The Lord speaks in these verses, declaring that He will continue to work on Jerusalem’s behalf until the nations observe her righteousness, salvation and glory, and the city is called by a new name. In the ancient Near East, names often signified character. So God’s promise to call Jerusalem by a new name includes giving her a new and righteous character. The city will be like a glorious crown in the Lord’s hand, or a diadem – a large medal ring – on His head, signifying that one day it will become a dazzling adornment. Since a crown is worn on the head and not the hand, “in the Lord’s hand” may be figurative for “under the Lord’s protection” (see Deut. 33:3). Jerusalem will display God’s splendor, meaning it will manifest His character in the people’s conduct. What a comforting promise this must be to those who, having survived an Assyrian siege, now await attack and exile at the hands of the Babylonians. The Lord punishes for a purpose. He is not finished with His people or His city. And future generations will bask in His glory.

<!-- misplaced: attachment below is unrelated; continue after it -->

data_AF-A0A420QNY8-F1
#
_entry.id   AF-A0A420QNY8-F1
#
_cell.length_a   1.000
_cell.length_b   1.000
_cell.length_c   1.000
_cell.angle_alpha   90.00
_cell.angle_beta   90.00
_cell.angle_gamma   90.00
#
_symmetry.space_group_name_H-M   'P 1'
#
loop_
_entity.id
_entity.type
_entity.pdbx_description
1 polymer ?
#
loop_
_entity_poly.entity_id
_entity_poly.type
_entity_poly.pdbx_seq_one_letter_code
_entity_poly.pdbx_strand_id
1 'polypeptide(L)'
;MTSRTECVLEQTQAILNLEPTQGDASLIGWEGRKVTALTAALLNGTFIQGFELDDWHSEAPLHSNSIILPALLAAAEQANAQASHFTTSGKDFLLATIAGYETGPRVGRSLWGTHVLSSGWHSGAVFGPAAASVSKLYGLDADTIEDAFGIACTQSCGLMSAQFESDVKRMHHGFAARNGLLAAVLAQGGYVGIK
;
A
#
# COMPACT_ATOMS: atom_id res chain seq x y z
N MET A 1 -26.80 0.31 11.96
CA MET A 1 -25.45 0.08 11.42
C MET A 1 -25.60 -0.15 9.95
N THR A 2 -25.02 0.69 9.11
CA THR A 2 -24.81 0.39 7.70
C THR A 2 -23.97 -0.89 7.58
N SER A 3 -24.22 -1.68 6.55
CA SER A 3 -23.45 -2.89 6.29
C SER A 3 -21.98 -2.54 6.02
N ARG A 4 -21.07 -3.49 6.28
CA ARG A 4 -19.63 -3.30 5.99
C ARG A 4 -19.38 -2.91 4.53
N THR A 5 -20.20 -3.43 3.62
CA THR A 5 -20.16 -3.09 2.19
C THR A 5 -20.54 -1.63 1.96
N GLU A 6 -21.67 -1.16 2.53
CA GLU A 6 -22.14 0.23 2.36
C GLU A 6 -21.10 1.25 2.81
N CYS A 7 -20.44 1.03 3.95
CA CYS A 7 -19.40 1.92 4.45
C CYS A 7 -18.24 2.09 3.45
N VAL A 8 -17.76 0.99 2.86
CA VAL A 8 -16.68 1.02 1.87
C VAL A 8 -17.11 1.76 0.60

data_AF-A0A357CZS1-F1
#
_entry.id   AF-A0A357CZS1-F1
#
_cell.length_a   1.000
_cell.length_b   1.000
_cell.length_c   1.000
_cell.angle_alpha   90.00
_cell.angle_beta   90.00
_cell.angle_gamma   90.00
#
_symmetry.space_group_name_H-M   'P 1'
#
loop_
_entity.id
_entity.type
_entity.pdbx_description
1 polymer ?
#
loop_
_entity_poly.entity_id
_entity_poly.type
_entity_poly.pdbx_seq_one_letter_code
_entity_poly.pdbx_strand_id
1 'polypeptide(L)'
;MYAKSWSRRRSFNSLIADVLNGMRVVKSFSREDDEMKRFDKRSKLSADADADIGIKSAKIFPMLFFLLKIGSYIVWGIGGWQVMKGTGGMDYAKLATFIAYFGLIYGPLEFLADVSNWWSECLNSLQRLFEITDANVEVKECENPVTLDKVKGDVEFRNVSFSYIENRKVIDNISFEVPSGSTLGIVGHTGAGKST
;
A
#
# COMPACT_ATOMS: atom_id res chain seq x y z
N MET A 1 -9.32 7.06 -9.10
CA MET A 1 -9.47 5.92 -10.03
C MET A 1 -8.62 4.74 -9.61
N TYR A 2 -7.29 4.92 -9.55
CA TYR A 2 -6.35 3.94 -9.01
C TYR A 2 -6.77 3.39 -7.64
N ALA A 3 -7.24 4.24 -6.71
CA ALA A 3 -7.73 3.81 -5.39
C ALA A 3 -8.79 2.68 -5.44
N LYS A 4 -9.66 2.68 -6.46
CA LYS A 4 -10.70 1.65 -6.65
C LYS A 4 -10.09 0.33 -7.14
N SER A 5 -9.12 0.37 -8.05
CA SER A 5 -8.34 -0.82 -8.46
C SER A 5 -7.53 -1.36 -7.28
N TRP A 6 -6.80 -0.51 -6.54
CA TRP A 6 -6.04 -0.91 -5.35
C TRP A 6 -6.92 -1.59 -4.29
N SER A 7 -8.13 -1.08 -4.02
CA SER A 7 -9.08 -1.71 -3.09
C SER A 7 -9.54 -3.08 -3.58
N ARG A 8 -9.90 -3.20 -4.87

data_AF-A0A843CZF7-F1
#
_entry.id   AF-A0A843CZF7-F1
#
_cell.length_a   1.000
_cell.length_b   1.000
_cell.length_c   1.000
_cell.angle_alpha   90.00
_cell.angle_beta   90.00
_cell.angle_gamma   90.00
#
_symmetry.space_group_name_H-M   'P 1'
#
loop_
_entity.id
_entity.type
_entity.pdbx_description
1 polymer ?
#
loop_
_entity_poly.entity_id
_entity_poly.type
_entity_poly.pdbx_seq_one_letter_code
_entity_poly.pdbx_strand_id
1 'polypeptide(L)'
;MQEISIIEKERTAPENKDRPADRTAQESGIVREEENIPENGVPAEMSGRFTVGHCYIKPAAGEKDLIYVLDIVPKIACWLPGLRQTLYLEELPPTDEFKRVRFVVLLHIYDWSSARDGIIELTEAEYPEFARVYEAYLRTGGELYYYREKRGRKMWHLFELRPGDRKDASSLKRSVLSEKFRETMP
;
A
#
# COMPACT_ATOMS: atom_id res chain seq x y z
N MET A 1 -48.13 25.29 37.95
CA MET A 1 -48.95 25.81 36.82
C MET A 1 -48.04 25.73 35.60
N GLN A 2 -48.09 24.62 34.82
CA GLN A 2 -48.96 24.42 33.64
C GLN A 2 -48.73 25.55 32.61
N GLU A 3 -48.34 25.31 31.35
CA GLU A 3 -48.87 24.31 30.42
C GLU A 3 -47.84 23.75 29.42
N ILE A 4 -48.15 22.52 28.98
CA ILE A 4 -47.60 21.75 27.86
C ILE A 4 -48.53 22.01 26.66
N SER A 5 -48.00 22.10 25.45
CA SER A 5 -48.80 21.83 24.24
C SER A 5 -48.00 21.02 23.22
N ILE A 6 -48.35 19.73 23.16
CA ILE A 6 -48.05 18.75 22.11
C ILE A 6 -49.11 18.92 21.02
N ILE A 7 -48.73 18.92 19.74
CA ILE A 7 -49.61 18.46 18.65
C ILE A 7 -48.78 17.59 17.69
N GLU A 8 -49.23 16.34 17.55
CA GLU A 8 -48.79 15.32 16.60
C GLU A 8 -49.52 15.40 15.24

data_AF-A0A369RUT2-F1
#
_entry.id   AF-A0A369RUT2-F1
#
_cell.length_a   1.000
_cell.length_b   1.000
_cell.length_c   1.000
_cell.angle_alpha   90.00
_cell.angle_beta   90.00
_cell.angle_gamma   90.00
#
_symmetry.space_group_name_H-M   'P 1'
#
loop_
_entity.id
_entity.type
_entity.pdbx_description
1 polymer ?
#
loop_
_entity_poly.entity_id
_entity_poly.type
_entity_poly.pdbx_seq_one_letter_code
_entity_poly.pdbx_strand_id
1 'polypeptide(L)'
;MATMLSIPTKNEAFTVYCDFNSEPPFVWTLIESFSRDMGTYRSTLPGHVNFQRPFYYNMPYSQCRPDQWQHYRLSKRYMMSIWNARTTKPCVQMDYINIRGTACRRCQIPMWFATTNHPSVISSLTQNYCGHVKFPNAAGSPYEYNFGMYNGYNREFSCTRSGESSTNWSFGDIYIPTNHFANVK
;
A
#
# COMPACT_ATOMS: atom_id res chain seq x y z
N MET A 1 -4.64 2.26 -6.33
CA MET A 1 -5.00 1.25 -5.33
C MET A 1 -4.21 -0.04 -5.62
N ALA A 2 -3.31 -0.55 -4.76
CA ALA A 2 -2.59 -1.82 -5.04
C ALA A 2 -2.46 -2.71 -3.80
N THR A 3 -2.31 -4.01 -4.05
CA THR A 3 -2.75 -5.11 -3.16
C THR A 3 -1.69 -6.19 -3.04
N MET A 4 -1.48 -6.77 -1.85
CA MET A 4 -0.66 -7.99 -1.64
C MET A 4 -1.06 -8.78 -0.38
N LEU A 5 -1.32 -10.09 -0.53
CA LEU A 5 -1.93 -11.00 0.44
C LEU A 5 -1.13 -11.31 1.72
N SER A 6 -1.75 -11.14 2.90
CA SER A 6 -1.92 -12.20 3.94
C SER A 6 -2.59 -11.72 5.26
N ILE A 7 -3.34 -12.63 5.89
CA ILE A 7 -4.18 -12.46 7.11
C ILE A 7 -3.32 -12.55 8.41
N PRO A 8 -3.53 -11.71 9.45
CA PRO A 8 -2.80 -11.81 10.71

“The city’s new relationship with God is compared to the happiness of a marriage. Rather than being called Deserted (cf. 62:12) or Desolate, previous characteristics of the city, Jerusalem will be named Hephzibah (‘My delight is in her’) and Beulah (‘Married one’). The words so will your sons marry you (Jerusalem) imply that people again will live in Jerusalem and God will be happy about the wonderful state of affairs” (John F. Walvoord, Roy B. Zuck, The Bible Knowledge Commentary: An Exposition of the Scriptures, S. 1:1117). Hephzibah is the name of Hezekiah’s wife, who may be seen as a type of Jerusalem, just as Hezekiah may be seen as a type of the Messiah. The contrast between the present and future “married” state of Zion may also be seen in Isa. 54:4-6 and Rev. 21:2, 4.
Watchmen on the Walls (Isa. 62:6-7)
In Isaiah’s day watchmen are stationed on city walls, often in towers, looking out for approaching enemies – or messengers bearing good news. They are never to sleep on duty and their eyes are to be fixed on the horizon. The watches in the East are even announced by a loud cry to mark the vigilance of the watchmen. If they slumber, or even become distracted, enemies may breach the wall and take the city, or good tidings may be delayed. In a similar fashion, the